Monday, October 09, 2006

Do You Have a Favorite Child?

Parents are often devastated to find that one child just seems less lovable to them than the others. They may see one child as “the difficult one” and another as more easygoing. Sometimes children go through phases and don’t necessarily have the same temperament throughout their childhood. One child may behave monstrously at age four, but turn into a much more lovable character at the age of six. That’s why it’s important not to label our kids and assume they’re destined to have the same personality forever. One child may be your (unspoken) favorite right now, but it could be a different story in the teen years. As a parent, try not to be too hard on yourself when you don’t always find yourself liking a child. Often, parents’ feelings of frustration in these situations are directed more at themselves because they don’t like how they respond to the difficult child. They may hate themselves for losing their temper or not being as patient with this child as with the others. This makes it hard to accept this child as he or she is and to appreciate the good qualities. So, think of the difficult child as a gift who will help you become a better, more patient parent. He or she is a challenge who can actually help you grow as a person and learn to cultivate your own good qualities, such as forgiveness and patience. Also, remind yourself that there’s a difference between not loving a person and not loving his or her behavior. You may not like how your child acts sometimes, but if you search your heart, you may find that you do indeed love this little person—in spite of his or her frustrating actions. Sometimes, children act up because they need more personal attention. Try to spend more time alone with the difficult child so he or she isn’t competing for your attention with your other children. Get to know this child as an individual and find out what his or her interests are. Seek out something special about this child that you can admire. When your child is sassy, you might tell yourself, “I was a shy kid, so I really admire how well my child knows his own needs and isn’t afraid to express his opinions.” Think about how these difficult traits might actually be a benefit later in life. The child who is very assertive or has lots of energy may actually find these qualities to be an asset as an adult. Oftentimes, we may relate better to the child who is more like us. One child may remind you of yourself at her age, while another reminds you of your difficult father-in-law. When you’re doing things together, you may naturally gravitate to the child whose interests and temperament are more closely aligned with your own. On the other hand, you might find yourself being less tolerant of this same child’s misbehavior because you notice those personality traits in your child that you dislike in yourself. Nobody likes to have a little mirror walking around, reminding them of their own personality flaws! It’s important to remember that your children didn’t pick their genes and personality, and shouldn’t be punished for them. Again, look for the qualities you do admire and can relate to in all your children. If you still find it tough to have equal affection for all your children, it might be helpful to read some parenting books geared toward helping you raise a difficult child. They could have some great tips for helping you to better understand why your child behaves the way he or she does. With understanding comes acceptance and love. Be sure to let your children know that you admire and love them all as individuals. It’s never right to openly express your favoritism, even though it is natural to feel that way inside. All children are a blessing in that they have a lot to teach you about parenting, life and other people.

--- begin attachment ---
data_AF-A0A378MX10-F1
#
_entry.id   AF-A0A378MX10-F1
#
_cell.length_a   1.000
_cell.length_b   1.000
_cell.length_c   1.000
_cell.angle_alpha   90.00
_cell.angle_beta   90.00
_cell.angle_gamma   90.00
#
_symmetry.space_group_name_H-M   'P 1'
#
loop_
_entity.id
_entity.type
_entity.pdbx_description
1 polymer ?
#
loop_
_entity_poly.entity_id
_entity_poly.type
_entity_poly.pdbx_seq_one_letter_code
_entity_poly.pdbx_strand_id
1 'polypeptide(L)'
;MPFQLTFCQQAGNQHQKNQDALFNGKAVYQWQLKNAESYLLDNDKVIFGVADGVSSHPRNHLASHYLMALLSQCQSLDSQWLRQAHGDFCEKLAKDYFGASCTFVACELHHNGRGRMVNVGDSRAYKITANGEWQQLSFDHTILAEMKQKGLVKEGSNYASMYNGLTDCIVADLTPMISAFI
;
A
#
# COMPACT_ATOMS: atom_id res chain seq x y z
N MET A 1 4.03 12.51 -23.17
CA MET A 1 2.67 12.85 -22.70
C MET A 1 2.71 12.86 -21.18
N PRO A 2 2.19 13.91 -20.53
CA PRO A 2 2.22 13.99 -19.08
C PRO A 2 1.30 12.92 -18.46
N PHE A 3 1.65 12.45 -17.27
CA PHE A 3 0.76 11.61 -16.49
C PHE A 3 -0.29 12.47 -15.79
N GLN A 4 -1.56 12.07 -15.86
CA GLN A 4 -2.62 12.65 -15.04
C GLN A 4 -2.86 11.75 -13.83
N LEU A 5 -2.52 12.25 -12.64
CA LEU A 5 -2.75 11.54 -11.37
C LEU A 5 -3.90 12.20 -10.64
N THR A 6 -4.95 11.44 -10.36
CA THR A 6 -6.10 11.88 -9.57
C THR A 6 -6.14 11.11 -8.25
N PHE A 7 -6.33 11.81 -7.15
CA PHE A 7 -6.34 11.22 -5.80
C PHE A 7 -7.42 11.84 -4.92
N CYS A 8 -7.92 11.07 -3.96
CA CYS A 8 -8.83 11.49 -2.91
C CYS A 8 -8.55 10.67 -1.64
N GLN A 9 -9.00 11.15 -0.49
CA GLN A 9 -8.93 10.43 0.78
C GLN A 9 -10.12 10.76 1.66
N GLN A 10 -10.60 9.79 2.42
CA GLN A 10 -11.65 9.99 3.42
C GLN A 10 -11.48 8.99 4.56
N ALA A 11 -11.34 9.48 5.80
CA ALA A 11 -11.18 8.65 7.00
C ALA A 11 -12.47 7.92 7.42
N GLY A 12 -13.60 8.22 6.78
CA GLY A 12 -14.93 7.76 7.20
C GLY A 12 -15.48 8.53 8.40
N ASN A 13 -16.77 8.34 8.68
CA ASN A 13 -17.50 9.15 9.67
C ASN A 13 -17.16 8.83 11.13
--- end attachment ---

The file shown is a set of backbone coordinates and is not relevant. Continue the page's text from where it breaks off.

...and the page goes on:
1 comment:

  1. Oh my, how topical to my life. I am one of seven and an adult with two children of my own. Growing up my mother made no bones about having favorites. She defended it by explaining that she favored those who needed her the most. Well, it didn't make the rest of us feel any better to be told we didn't make the list. She was once asked the "Sofie's Choice" question and she ANSWERED! She explained that "xyz" would survive, but that "abc" would need her. Ugh.

    What drives me nuts is she is starting to do the same with my daughters. She has declared she has a bond with one of the girls. Luckily the girls don't know, but I fear that the "one less favored" will find out. She is actually the more sensitive.


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